Per the SC Sea Turtle Hospital: http://www.scaquarium.org/category/sea-turtle-rescue-program
"...s/he is the most emaciated turtle we’ve ever admitted. Surprisingly, this green had a moderate blood glucose level of 48 and a high PCV of 31 (% of red blood cells), values very odd for a turtle so malnourished. Blood sodium levels were extremely high, likely caused by severe dehydration, so aggressive fluid therapy began immediately. This turtle also had a fairly severe arrhythmia (irregular heart beat) that normalized somewhat after treatments were administered.
4 May 2015: It is astounding that this severely ill turtle is still alive and fighting for survival in our hospital, as initial prognosis was extremely poor. Our vet, Dr. Boylan, has been closely monitoring this case to ensure the correct fluids are provided as needed. Barnacle Bob has no appetite and is refusing both vegetation and fish, and so parenteral nutrition in the form of an intravenous fat emulsion, Intralipid, is being provided directly into the bloodstream almost daily. This turtle is able to swim for short periods of time (up to an hour) in saltwater, but becomes exhausted quickly and so is primarily being housed on a soft bed of wet foam."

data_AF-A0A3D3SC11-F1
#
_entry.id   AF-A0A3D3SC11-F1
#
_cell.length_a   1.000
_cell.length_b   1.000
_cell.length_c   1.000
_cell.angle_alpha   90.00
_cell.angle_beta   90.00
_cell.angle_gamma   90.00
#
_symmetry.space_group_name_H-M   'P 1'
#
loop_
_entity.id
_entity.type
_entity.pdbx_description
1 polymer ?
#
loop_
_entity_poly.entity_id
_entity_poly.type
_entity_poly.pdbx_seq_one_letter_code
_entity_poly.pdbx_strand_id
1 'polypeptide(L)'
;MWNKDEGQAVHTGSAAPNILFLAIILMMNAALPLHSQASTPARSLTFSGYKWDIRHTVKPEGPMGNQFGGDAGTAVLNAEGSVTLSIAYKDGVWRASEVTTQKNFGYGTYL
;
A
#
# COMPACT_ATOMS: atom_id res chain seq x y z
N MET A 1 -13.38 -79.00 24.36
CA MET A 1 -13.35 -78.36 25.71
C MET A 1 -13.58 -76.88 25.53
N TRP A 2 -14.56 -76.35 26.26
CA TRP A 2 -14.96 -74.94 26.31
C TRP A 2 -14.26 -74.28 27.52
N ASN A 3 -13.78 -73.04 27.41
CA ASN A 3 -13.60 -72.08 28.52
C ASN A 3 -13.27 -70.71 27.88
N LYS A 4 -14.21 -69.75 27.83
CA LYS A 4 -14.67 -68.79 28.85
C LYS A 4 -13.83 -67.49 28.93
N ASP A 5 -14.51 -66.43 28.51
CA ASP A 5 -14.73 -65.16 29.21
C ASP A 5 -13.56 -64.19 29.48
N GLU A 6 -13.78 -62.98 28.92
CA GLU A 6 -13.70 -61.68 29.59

"Conscientious fishermen at Myrtle Beach State Park’s (MBSP) fishing pier foul-hooked this small loggerhead in the front flipper. Upon bringing the turtle up with a large dip net to remove the hook prior to release, they noticed the turtle appeared to be in poor health and contacted MBSP Ranger Ann Malys-Wilson. His rescuers then contacted the SC Department of Natural Resources for guidance in whether or not to release him and, luckily for the turtle, it was determined that he should be admitted into our Sea Turtle Hospital.
27 May 2015: Socastee’s recovery is progressing smoothly! We are thankful that all involved in his rescue accurately identified that this animal was suffering from a severe illness and chose not to simply release him back into the ocean, as it is likely that his health would have continued to decline and he would have stranded on the beach at some later time. This loggerhead is currently strong enough to swim in a full tank of filtered water, and is consuming about 1.0% of his body weight in healthy salmon and mackerel on a daily basis."